He used a series of different styles, including Arts and Crafts and Italian Renaissance ideas. There are also features that were originally created by Gertrude Jekyll, who lived locally at Munstead Wood. The most recent additions to the garden include a pool with a fountain, designed by Percy Cane.

The gardens are open all year round, but they are particularly impressive in springtime when the magnolias are in bloom. The formal English garden includes many different types of lavender and other shrubs, while there is also an extensive herbaceous border that changes throughout the year.

The house is open between March and October, but these dates are subject to change depending on the weather conditions each year. The house is not always open in November and December, with exceptions made in some years when special events are scheduled for this time of year.

The garden at Hestercombe also includes a modern sculpture that was created by June Andrew. The piece is called ‘Cobbler’s Bench, and it consists of five blocks, all made from Doulton brick. Hestercombe House also has a bookshop, which contains an extensive selection of titles about gardening.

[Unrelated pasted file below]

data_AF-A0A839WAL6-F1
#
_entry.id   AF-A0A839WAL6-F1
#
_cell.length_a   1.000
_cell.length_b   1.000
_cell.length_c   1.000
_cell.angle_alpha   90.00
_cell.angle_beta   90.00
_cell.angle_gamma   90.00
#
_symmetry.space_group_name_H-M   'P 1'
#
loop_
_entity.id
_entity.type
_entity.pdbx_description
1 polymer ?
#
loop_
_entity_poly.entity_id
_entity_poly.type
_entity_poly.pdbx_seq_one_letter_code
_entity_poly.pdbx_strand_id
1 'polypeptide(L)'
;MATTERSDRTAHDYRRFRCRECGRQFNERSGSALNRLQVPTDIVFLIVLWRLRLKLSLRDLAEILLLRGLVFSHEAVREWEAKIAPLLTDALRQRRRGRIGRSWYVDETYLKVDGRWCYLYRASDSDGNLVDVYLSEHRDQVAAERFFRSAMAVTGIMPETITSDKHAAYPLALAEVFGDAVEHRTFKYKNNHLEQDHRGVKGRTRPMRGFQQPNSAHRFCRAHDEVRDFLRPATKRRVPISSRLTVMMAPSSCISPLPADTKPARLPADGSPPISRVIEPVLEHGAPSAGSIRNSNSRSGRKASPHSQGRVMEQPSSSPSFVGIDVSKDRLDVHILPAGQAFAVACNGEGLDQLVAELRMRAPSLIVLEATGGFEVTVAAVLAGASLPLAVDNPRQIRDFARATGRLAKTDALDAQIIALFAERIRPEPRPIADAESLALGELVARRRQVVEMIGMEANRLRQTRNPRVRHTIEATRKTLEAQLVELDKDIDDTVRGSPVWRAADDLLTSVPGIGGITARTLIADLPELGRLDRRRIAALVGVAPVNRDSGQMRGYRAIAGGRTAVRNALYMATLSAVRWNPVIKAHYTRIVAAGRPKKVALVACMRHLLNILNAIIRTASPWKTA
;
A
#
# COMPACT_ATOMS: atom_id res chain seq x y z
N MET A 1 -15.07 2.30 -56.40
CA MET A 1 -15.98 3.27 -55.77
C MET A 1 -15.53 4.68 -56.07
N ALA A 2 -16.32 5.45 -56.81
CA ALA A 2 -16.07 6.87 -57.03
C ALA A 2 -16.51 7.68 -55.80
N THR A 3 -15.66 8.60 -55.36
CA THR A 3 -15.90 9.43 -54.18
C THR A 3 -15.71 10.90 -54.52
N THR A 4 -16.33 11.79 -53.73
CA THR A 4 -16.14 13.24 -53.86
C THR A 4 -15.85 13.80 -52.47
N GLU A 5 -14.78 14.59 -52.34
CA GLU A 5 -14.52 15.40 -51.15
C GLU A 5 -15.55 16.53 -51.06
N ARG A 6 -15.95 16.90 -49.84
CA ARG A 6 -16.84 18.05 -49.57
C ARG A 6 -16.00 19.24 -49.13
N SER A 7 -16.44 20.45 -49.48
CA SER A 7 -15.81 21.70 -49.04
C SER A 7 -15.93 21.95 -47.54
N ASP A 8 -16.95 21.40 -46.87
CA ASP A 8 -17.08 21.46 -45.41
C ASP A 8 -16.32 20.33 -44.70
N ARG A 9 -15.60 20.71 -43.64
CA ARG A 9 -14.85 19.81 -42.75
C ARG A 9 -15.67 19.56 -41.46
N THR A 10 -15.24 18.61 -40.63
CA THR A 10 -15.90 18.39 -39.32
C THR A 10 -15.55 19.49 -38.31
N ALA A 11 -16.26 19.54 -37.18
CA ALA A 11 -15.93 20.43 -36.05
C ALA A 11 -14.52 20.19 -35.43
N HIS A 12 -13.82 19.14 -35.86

The shop profits are given to the National Trust, so visitors help to support the work of the Trust with their purchases. The bookshop also offers a mail-order service, and it provides an online catalog for those who cannot visit in person.

The history of Hestercombe House and Garden has been documented by several different books over the years. One such publication is ‘Hestercombe: A History of Somerset’s Jewel’, which was written by Graham Taunton and published in 2012. source

The Grounds at Hestercombe House and Garden

The Grounds at Hestercombe House and Garden are a sight to behold. The well-manicured gardens and carefully tended grounds make for a beautiful walk on a summer day. There’s also a lot of history to be found at Hestercombe House and Garden, with buildings dating back to the 16th century. The Grounds are definitely worth a visit if you’re in the area.